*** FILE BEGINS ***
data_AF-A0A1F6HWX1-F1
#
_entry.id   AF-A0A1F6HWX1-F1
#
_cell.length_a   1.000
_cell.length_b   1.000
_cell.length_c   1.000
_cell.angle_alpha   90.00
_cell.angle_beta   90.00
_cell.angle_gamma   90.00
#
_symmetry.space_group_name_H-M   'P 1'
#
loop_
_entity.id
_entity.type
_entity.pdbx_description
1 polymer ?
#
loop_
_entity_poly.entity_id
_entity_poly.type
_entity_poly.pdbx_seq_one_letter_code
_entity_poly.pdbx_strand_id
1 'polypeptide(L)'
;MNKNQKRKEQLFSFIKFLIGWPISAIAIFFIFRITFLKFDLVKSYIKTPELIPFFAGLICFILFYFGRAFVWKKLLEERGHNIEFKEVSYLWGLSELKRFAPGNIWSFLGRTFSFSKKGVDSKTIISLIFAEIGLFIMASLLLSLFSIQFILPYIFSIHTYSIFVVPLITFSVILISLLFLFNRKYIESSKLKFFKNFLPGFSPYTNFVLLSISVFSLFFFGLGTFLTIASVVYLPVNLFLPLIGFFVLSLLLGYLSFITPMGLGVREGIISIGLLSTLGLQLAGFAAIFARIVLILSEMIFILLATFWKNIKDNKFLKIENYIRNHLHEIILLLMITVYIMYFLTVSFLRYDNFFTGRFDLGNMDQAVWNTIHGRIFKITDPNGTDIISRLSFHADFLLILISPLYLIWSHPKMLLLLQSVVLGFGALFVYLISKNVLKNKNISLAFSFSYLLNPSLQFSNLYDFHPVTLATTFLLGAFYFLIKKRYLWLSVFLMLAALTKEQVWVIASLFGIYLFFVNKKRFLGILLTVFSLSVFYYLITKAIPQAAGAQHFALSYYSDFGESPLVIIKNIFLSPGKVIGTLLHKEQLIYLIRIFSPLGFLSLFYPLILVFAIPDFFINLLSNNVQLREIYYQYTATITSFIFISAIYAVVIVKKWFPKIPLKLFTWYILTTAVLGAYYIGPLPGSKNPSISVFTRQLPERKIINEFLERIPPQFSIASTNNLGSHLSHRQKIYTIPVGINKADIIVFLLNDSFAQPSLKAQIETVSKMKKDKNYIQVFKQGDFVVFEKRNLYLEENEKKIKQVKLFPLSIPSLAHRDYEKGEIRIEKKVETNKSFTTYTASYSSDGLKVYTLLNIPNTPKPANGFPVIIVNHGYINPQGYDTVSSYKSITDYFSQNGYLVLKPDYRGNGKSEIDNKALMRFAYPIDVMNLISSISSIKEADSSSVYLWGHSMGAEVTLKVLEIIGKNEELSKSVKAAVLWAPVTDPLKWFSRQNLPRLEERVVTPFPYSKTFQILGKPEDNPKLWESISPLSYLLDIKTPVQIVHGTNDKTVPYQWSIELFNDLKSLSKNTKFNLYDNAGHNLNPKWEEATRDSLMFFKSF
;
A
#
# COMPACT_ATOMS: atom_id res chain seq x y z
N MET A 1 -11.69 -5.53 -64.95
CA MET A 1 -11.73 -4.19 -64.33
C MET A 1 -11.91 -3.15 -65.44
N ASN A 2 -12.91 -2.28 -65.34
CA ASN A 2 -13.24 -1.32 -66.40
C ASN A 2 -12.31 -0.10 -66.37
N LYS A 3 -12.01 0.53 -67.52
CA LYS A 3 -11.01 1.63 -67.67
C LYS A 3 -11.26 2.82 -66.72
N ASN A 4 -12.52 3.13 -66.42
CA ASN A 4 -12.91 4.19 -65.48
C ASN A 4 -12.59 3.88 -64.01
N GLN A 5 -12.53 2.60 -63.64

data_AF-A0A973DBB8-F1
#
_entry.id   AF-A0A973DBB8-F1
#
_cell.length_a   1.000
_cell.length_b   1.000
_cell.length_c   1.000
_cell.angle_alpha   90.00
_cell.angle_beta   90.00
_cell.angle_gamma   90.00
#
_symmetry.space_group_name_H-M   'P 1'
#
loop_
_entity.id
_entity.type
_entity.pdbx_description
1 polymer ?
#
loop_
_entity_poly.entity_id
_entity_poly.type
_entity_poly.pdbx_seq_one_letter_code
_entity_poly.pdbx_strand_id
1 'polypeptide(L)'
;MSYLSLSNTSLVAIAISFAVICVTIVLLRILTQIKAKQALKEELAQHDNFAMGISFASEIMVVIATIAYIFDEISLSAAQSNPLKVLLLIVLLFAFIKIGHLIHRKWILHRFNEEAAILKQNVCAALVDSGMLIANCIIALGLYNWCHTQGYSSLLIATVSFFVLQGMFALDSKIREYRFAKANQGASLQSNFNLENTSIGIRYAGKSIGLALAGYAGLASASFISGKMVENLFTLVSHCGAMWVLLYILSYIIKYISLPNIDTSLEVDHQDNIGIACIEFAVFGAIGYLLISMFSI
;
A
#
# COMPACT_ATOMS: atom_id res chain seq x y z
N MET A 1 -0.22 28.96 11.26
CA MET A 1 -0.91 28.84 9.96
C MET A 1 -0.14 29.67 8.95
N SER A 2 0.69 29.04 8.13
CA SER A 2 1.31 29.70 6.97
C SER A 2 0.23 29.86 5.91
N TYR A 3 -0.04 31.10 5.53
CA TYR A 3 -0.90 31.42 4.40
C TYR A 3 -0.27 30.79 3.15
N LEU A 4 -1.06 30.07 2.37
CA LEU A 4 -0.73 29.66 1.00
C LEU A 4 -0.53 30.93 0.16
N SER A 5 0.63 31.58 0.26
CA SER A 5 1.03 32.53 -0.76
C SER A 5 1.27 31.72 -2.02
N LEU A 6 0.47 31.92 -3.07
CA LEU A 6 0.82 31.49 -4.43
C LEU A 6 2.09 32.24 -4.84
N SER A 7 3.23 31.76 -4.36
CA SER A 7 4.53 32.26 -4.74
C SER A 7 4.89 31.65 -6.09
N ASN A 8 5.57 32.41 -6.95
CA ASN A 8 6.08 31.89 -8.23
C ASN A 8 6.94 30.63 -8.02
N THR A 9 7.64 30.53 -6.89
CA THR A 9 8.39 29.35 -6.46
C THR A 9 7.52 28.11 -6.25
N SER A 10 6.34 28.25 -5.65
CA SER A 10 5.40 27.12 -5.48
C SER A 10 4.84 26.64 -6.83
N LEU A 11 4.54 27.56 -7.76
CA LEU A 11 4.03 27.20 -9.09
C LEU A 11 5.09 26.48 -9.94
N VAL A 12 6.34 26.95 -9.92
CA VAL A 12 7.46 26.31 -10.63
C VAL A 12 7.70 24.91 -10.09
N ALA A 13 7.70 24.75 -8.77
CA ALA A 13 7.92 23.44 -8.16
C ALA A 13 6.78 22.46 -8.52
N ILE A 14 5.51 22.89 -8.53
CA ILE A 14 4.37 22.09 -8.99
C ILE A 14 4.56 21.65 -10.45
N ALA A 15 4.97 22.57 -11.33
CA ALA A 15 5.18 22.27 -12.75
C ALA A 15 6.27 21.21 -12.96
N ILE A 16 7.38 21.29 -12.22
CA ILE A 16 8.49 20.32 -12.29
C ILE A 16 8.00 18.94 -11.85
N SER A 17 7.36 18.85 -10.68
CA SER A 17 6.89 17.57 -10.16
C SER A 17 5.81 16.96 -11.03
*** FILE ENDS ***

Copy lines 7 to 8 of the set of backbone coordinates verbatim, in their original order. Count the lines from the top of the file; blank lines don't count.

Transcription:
_cell.length_c   1.000
_cell.angle_alpha   90.00